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Thursday, June 23, 2011 8:54 AM


Trichet Admits the Obvious "Risk Signals Are Flashing Red"; Ireland Snubs ECB With Renewed Threat to Bank Bondholders


On rare occasions ECB president Jean-Claude Trichet will admit the obvious. In contrast, you will seldom hear something like this from the Fed: Trichet Says Risk Signals Are Flashing Red as Debt Crisis Threatens Banks

European Central Bank President Jean-Claude Trichet said risk signals for financial stability in the euro area are flashing “red” as the debt crisis threatens to infect banks.

“On a personal basis I would say ‘yes, it is red’,” Trichet said late yesterday in Frankfurt after a meeting of the European Systemic Risk Board, referring to the group’s planned “dashboard” to monitor risks. “The message of the board is that” the link between debt problems and banks “is the most serious threat to financial stability in the European Union.”

Trichet, who chairs the ESRB, made the remarks as European leaders meet in Brussels to discuss how to stave off a Greek default, while preparing a second bailout. The EU is trying to avoid a repeat of the financial crisis that followed the 2008 collapse of Lehman Brothers Holdings Inc. (LEHMQ) and resulted in European governments setting aside more than $5 trillion to support banks.

While Greek Prime Minister George Papandreou earlier this week won a vote of confidence, bolstering his new government’s chances of pushing through austerity measures to secure further financial aid, European finance ministers said earlier this week they would hold off on approving a 12 billion-euro ($17 billion) payment to the country promised for July until passage of the plans to cut the budget deficit and sell state assets.

“European leaders will try and convince Greeks and financial markets when they meet in Brussels today and tomorrow that they have a workable plan to help Athens avoid a debt default,” said Alan McQuaid, chief economist at Bloxham Stockbrokers in Dublin. They’ll use a “mixture of arm-twisting and moral support” to force Greece to adopt further reform.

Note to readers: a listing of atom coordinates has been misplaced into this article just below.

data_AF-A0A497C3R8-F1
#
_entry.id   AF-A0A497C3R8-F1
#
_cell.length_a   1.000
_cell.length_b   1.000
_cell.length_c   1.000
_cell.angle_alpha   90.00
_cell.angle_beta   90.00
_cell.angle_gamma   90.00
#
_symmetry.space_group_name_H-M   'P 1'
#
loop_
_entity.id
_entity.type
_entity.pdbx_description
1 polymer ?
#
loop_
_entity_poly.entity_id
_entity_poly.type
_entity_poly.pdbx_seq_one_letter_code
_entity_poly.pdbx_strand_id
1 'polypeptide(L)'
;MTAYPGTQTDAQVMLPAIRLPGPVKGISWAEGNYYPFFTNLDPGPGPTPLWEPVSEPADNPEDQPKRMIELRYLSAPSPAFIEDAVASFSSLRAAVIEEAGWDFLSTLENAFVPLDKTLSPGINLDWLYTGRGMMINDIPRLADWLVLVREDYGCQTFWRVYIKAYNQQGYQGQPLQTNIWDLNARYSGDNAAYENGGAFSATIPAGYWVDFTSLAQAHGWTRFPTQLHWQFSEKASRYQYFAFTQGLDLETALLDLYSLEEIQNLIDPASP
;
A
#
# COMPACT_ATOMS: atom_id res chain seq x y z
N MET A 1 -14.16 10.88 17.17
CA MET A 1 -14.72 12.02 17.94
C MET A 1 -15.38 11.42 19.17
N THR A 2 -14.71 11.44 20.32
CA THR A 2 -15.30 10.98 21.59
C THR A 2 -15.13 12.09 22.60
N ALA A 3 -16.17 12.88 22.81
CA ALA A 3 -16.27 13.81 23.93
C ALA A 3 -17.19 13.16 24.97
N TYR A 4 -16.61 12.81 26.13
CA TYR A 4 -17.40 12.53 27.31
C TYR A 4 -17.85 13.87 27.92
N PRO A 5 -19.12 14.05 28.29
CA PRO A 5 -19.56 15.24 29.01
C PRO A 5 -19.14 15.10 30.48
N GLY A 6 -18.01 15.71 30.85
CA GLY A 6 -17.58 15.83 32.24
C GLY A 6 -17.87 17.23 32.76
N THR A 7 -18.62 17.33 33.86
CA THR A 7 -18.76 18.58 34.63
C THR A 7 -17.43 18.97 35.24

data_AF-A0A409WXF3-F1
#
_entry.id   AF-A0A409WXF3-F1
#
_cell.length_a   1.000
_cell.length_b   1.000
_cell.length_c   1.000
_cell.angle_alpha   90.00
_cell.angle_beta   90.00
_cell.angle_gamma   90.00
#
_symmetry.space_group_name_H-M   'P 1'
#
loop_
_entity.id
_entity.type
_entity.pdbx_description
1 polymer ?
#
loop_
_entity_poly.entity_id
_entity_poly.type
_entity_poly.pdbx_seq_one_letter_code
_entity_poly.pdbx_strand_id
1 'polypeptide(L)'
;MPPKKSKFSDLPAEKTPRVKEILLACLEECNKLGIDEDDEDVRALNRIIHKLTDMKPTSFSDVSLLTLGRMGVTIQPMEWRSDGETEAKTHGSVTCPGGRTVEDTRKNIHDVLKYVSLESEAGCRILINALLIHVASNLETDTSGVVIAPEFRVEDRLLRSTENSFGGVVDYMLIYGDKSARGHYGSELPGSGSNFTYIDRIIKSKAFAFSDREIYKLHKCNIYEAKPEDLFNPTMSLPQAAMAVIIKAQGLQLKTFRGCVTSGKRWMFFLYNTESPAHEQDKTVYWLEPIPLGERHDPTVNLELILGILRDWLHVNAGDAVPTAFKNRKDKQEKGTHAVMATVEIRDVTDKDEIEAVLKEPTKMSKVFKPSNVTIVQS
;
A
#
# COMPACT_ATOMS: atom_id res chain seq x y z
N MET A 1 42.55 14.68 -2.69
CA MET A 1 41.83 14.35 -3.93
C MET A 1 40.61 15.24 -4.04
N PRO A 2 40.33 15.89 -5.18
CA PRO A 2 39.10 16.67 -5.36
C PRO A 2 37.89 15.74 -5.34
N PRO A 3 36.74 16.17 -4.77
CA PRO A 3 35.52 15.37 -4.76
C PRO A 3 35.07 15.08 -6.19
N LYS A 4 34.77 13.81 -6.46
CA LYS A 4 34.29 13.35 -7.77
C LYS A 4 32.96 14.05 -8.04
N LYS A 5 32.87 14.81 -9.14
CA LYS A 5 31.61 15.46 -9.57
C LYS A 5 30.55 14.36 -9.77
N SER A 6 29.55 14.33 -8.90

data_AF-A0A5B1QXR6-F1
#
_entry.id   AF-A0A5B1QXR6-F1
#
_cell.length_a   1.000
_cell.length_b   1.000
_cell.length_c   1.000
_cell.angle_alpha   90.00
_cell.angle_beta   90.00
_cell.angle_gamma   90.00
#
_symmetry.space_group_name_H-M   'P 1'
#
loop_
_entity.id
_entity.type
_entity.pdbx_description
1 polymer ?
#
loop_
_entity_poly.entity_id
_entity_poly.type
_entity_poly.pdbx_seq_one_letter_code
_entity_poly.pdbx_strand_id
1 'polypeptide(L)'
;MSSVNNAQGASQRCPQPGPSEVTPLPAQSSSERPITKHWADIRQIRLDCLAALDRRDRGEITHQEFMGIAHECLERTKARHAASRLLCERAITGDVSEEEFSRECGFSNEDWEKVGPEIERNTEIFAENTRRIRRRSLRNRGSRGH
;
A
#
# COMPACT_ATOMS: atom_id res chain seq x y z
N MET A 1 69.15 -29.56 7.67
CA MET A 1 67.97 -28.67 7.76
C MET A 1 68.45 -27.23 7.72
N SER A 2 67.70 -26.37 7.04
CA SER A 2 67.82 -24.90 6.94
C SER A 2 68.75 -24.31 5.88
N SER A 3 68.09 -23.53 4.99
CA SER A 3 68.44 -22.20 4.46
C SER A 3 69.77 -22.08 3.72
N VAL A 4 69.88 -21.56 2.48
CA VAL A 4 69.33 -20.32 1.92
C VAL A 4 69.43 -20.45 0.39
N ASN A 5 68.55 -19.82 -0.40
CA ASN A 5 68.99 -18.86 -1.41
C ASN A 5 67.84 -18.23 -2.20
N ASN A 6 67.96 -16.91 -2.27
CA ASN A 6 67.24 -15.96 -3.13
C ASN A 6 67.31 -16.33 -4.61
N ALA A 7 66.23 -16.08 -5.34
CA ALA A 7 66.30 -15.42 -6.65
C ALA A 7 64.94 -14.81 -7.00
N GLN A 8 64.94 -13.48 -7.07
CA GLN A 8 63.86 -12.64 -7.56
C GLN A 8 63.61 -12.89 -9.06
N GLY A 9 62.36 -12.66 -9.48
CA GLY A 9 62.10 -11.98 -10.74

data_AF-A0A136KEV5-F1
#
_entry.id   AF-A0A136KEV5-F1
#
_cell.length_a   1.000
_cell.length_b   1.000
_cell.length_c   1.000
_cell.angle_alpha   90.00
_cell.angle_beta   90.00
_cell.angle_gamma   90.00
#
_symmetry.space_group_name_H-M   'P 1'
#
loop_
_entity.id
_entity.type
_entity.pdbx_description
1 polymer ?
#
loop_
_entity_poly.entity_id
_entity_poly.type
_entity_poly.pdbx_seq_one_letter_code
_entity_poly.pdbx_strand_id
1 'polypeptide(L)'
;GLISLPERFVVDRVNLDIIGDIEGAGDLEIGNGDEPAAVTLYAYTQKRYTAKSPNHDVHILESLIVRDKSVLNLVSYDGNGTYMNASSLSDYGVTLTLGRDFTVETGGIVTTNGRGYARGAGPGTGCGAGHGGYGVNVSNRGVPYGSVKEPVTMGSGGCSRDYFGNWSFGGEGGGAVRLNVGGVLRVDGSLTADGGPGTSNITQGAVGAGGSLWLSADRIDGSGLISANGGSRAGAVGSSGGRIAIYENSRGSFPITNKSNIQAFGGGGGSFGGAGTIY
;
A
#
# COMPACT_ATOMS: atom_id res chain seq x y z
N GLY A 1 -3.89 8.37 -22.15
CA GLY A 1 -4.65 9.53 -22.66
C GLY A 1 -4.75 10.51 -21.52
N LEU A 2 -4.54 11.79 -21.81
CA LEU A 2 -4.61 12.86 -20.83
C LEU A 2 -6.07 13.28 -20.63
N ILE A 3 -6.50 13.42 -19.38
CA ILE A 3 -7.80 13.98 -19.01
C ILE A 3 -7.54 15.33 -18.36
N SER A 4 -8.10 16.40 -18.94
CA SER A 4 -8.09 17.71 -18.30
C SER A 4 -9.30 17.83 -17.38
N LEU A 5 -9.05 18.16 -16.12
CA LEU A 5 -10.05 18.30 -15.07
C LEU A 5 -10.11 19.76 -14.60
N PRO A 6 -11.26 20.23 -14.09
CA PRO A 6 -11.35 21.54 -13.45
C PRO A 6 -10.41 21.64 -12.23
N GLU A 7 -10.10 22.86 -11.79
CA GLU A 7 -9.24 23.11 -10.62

Federal Reserve Chairman Ben S. Bernanke downplayed the risk of a Greek default on U.S. banks, telling reporters yesterday that the impact would be “very small.” With “very few exceptions, the money-market mutual funds don’t have much direct exposure to the three peripheral countries which are currently dealing with debt problems,” he said.
Trichet's Game

While honesty is appreciated for honesty's sake, I rather suspect this is simply Trichet's way of warning the Greek parliament to "play ball" exactly as he wants and pass the austerity measures the ECB, IMF, and EU demand.

Thus, Trichet deserves zero credit for his apparent honesty.

Ireland Snubs ECB

Bloomberg reports Ireland Snubs ECB Effort to Avoid Meltdown With Threat to Bank Bondholders
Ireland opened a new front in the drive to restructure debt on the euro area’s periphery, adding to the European Central Bank’s concerns as it tries to head off another wave of financial turmoil.

Irish Finance Minister Michael Noonan said yesterday that senior bondholders should share in the losses of Anglo Irish Bank Corp. and Irish Nationwide Building Society, reversing a policy of protecting owners of senior securities. The ECB is against imposing losses on investors. President Jean-Claude Trichet said on Feb. 7 that haircuts aren’t part of a plan to reduce Ireland’s debt load.

Ireland’s about-face on bondholder involvement in its banking crisis comes as European lawmakers struggle to settle a dispute over how to avoid a Greek sovereign default. While German Finance Minister Wolfgang Schaeuble said last week that Europe’s biggest economy insists on the participation of the private sector, his French counterpart Christine Lagarde has ruled out any action that constitutes a “credit event,” backing the ECB’s view.

“Noonan must be kidding,” said Klaus Baader, an economist at Societe Generale in London
Let's Hope Noonan Not Kidding

We should all hope that Noonan is not kidding. Indeed, Noonan should take advantage of the situation now and ask for 60% haircuts on all senior bonds not just a pissy 3 billion Euros.

Iceland told the EU and IMF where to go. Ireland should do the same.

What will Trichet do? The answer is throw another hissy fit. The correct response to Trichet's hissy fit is to threaten default and threaten to leave the Euro.

Who really has the upper hand here? The answer is Ireland, and Ireland should use it, starting with a nice slap in the face to Trichet, the ECB, the EU, and the IMF.

Mike "Mish" Shedlock
http://globaleconomicanalysis.blogspot.com
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